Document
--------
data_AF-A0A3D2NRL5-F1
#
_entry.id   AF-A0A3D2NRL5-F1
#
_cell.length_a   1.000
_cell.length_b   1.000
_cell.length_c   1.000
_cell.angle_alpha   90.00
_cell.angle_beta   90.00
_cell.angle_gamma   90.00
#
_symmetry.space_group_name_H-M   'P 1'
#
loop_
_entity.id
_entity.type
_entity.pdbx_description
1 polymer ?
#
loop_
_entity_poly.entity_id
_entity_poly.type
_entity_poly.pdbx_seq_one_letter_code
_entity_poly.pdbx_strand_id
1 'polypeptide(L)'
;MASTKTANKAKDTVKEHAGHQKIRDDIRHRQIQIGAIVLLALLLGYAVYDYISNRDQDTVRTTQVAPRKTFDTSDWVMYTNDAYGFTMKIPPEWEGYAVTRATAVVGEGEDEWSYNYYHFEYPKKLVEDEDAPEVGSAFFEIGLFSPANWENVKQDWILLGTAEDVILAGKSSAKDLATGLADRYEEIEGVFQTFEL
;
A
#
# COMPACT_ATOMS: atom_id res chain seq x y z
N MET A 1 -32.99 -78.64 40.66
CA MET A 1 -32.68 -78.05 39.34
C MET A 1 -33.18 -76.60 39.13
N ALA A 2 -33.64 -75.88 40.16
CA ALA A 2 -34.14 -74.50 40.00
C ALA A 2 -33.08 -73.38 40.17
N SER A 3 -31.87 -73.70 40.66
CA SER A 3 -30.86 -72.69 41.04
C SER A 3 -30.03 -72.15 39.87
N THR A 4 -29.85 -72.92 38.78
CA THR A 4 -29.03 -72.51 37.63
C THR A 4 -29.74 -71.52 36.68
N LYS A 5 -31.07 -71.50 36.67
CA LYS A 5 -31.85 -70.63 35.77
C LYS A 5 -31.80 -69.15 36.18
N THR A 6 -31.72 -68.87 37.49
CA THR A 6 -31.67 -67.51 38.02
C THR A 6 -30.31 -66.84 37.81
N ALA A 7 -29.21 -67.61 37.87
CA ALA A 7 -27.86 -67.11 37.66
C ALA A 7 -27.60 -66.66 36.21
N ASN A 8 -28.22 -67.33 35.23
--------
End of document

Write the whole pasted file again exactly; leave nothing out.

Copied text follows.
data_AF-A0A3D2NRL5-F1
#
_entry.id   AF-A0A3D2NRL5-F1
#
_cell.length_a   1.000
_cell.length_b   1.000
_cell.length_c   1.000
_cell.angle_alpha   90.00
_cell.angle_beta   90.00
_cell.angle_gamma   90.00
#
_symmetry.space_group_name_H-M   'P 1'
#
loop_
_entity.id
_entity.type
_entity.pdbx_description
1 polymer ?
#
loop_
_entity_poly.entity_id
_entity_poly.type
_entity_poly.pdbx_seq_one_letter_code
_entity_poly.pdbx_strand_id
1 'polypeptide(L)'
;MASTKTANKAKDTVKEHAGHQKIRDDIRHRQIQIGAIVLLALLLGYAVYDYISNRDQDTVRTTQVAPRKTFDTSDWVMYTNDAYGFTMKIPPEWEGYAVTRATAVVGEGEDEWSYNYYHFEYPKKLVEDEDAPEVGSAFFEIGLFSPANWENVKQDWILLGTAEDVILAGKSSAKDLATGLADRYEEIEGVFQTFEL
;
A
#
# COMPACT_ATOMS: atom_id res chain seq x y z
N MET A 1 -32.99 -78.64 40.66
CA MET A 1 -32.68 -78.05 39.34
C MET A 1 -33.18 -76.60 39.13
N ALA A 2 -33.64 -75.88 40.16
CA ALA A 2 -34.14 -74.50 40.00
C ALA A 2 -33.08 -73.38 40.17
N SER A 3 -31.87 -73.70 40.66
CA SER A 3 -30.86 -72.69 41.04
C SER A 3 -30.03 -72.15 39.87
N THR A 4 -29.85 -72.92 38.78
CA THR A 4 -29.03 -72.51 37.63
C THR A 4 -29.74 -71.52 36.68
N LYS A 5 -31.07 -71.50 36.67
CA LYS A 5 -31.85 -70.63 35.77
C LYS A 5 -31.80 -69.15 36.18
N THR A 6 -31.72 -68.87 37.49
CA THR A 6 -31.67 -67.51 38.02
C THR A 6 -30.31 -66.84 37.81
N ALA A 7 -29.21 -67.61 37.87
CA ALA A 7 -27.86 -67.11 37.66
C ALA A 7 -27.60 -66.66 36.21
N ASN A 8 -28.22 -67.33 35.23